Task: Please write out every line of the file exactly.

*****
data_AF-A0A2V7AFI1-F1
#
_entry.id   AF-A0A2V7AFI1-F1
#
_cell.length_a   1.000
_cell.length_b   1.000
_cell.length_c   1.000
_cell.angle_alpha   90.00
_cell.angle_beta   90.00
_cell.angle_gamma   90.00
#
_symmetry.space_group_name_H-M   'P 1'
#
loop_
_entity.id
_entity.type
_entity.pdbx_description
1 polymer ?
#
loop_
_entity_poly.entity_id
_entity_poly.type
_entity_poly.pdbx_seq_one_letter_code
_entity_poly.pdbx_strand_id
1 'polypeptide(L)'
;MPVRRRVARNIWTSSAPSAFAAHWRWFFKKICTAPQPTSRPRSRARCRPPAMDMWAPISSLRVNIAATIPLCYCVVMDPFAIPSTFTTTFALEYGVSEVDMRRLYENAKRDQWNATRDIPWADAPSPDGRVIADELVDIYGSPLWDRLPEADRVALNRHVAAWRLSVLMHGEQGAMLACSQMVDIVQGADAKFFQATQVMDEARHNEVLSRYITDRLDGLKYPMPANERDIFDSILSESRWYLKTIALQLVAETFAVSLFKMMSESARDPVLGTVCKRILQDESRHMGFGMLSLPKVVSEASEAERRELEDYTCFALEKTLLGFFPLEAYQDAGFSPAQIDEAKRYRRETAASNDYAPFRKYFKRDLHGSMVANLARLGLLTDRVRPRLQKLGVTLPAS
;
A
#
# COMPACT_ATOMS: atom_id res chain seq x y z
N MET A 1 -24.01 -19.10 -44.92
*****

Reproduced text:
data_AF-A0A2V7AFI1-F1
#
_entry.id   AF-A0A2V7AFI1-F1
#
_cell.length_a   1.000
_cell.length_b   1.000
_cell.length_c   1.000
_cell.angle_alpha   90.00
_cell.angle_beta   90.00
_cell.angle_gamma   90.00
#
_symmetry.space_group_name_H-M   'P 1'
#
loop_
_entity.id
_entity.type
_entity.pdbx_description
1 polymer ?
#
loop_
_entity_poly.entity_id
_entity_poly.type
_entity_poly.pdbx_seq_one_letter_code
_entity_poly.pdbx_strand_id
1 'polypeptide(L)'
;MPVRRRVARNIWTSSAPSAFAAHWRWFFKKICTAPQPTSRPRSRARCRPPAMDMWAPISSLRVNIAATIPLCYCVVMDPFAIPSTFTTTFALEYGVSEVDMRRLYENAKRDQWNATRDIPWADAPSPDGRVIADELVDIYGSPLWDRLPEADRVALNRHVAAWRLSVLMHGEQGAMLACSQMVDIVQGADAKFFQATQVMDEARHNEVLSRYITDRLDGLKYPMPANERDIFDSILSESRWYLKTIALQLVAETFAVSLFKMMSESARDPVLGTVCKRILQDESRHMGFGMLSLPKVVSEASEAERRELEDYTCFALEKTLLGFFPLEAYQDAGFSPAQIDEAKRYRRETAASNDYAPFRKYFKRDLHGSMVANLARLGLLTDRVRPRLQKLGVTLPAS
;
A
#
# COMPACT_ATOMS: atom_id res chain seq x y z
N MET A 1 -24.01 -19.10 -44.92